Park South II: The City of Minot entered into a subrecipient agreement with Essential Living to build 22 affordable housing units in southeast Minot near the South Hill Softball Complex. Work on the project, known as Park South II, is scheduled to resume this spring.

Acquisitions: As of March 2021, the City has acquired 174 properties, with 81 properties secured using NDR funds and 93 properties using funds from the State Water Commission. These properties were needed for ongoing or upcoming flood mitigation projects. In addition, the City’s structure and salvage auctions continue, and all income generated from sales goes directly back into the acquisition program for future use.

Affordable housing: As of March, 150 people have applied to the Resilient Homebuyer Program; 63 remain in the process of review and eligibility verification, 56 applicants were not eligible or withdrew, and 34 people have closed, with seven more in the process of setting up closing dates. The program is still accepting applications. As a result of this program, we have invested $2.4 million in NDR funds in single family home ownership.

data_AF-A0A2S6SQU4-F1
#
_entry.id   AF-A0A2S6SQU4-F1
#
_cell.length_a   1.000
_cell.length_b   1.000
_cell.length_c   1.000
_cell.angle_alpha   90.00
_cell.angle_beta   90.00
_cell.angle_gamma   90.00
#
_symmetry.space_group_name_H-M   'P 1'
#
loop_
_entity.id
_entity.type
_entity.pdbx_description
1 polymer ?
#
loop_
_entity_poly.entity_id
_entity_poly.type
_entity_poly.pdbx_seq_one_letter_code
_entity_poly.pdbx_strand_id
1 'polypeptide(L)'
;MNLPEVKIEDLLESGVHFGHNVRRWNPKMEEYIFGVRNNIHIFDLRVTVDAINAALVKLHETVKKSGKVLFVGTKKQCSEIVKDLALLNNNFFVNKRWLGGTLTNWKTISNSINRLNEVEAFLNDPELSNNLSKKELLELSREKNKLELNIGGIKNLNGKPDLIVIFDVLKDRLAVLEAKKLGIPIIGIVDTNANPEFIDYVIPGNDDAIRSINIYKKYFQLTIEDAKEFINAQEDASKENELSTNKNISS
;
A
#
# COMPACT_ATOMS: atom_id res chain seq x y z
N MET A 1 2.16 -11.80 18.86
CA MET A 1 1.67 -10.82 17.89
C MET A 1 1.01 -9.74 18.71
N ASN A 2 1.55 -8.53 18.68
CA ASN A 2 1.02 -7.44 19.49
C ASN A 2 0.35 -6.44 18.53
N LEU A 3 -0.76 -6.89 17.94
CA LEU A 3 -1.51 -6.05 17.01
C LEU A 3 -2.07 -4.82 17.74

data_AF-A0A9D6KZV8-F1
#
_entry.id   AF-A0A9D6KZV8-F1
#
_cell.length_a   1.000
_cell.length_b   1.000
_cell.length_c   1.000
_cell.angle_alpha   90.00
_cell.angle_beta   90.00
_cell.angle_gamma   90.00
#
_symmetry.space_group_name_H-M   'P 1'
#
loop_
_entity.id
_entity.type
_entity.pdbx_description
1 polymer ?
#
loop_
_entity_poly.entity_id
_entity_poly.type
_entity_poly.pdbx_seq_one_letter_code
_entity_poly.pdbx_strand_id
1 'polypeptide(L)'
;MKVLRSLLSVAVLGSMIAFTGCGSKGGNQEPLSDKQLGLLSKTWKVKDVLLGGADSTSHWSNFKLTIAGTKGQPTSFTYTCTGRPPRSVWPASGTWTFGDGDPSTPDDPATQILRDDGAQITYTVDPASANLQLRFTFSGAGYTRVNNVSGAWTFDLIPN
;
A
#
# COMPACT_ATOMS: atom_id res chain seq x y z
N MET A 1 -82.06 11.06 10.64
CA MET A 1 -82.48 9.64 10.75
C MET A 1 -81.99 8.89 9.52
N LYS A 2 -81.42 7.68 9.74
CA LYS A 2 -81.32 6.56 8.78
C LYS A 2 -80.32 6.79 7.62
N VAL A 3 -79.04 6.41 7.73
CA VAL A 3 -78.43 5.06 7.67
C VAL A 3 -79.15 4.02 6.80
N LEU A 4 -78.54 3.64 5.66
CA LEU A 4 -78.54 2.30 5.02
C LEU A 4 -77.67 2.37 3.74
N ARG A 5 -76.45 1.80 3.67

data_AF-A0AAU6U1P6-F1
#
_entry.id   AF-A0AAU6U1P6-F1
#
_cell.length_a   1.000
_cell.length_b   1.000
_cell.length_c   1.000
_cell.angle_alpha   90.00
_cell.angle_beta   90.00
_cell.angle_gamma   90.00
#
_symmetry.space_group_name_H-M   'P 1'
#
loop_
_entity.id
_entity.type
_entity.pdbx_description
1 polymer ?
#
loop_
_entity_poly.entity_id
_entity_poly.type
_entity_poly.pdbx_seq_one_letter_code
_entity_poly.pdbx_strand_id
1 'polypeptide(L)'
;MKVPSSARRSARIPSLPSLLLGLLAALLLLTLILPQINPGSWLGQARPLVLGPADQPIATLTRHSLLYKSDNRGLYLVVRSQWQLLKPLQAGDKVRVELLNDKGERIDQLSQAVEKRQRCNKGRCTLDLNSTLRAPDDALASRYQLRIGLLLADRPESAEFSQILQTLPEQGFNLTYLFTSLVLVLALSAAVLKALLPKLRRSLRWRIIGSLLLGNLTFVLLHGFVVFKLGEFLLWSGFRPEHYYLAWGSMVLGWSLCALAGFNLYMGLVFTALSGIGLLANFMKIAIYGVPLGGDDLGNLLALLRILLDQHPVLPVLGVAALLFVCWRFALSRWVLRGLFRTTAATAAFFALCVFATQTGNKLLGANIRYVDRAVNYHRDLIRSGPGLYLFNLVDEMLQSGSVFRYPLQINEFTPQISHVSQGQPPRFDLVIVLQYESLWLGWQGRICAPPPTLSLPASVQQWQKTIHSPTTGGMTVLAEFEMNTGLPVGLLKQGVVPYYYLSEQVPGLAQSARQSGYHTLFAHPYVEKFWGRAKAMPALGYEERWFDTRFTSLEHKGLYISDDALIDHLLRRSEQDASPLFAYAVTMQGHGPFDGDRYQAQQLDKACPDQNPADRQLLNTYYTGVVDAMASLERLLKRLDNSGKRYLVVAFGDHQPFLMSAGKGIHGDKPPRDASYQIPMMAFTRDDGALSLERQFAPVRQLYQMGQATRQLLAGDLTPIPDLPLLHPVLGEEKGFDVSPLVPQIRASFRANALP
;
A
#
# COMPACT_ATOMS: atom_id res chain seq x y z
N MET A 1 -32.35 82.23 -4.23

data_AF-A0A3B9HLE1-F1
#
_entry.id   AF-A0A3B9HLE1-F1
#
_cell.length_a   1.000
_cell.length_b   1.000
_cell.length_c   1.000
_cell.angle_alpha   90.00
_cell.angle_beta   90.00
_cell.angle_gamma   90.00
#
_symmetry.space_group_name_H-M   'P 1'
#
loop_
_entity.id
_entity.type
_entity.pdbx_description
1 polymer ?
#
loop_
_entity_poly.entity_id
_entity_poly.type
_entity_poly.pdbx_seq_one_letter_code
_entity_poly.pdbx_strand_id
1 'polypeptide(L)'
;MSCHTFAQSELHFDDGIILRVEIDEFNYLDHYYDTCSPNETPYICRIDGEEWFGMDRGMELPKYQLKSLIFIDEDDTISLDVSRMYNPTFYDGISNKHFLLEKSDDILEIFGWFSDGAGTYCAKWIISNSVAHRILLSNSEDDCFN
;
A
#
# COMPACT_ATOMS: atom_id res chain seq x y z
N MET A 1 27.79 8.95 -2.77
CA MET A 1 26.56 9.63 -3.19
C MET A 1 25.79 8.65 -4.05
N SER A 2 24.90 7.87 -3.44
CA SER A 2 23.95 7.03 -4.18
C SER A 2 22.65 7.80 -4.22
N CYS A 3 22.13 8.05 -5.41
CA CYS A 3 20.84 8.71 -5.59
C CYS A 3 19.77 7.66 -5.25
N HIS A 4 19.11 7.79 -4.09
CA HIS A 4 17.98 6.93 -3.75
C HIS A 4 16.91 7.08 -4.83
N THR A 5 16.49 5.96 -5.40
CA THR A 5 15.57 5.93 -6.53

The NDR funding has been instrumental in creating opportunities that will help make our community a more resilient place to live, with projects directly improving the quality of life for many of our residents. Yes, federal funding inevitably comes with some strings attached, but those conditions have not prevented Minot from utilizing this investment for the betterment of our community as a whole. We’ve been good stewards of this funding, and we’ve accomplished many things in the past five years. But we know there is much work ahead, and we remain committed to completing the tasks in the action plan we submitted to HUD.

Sincerely, City Hall.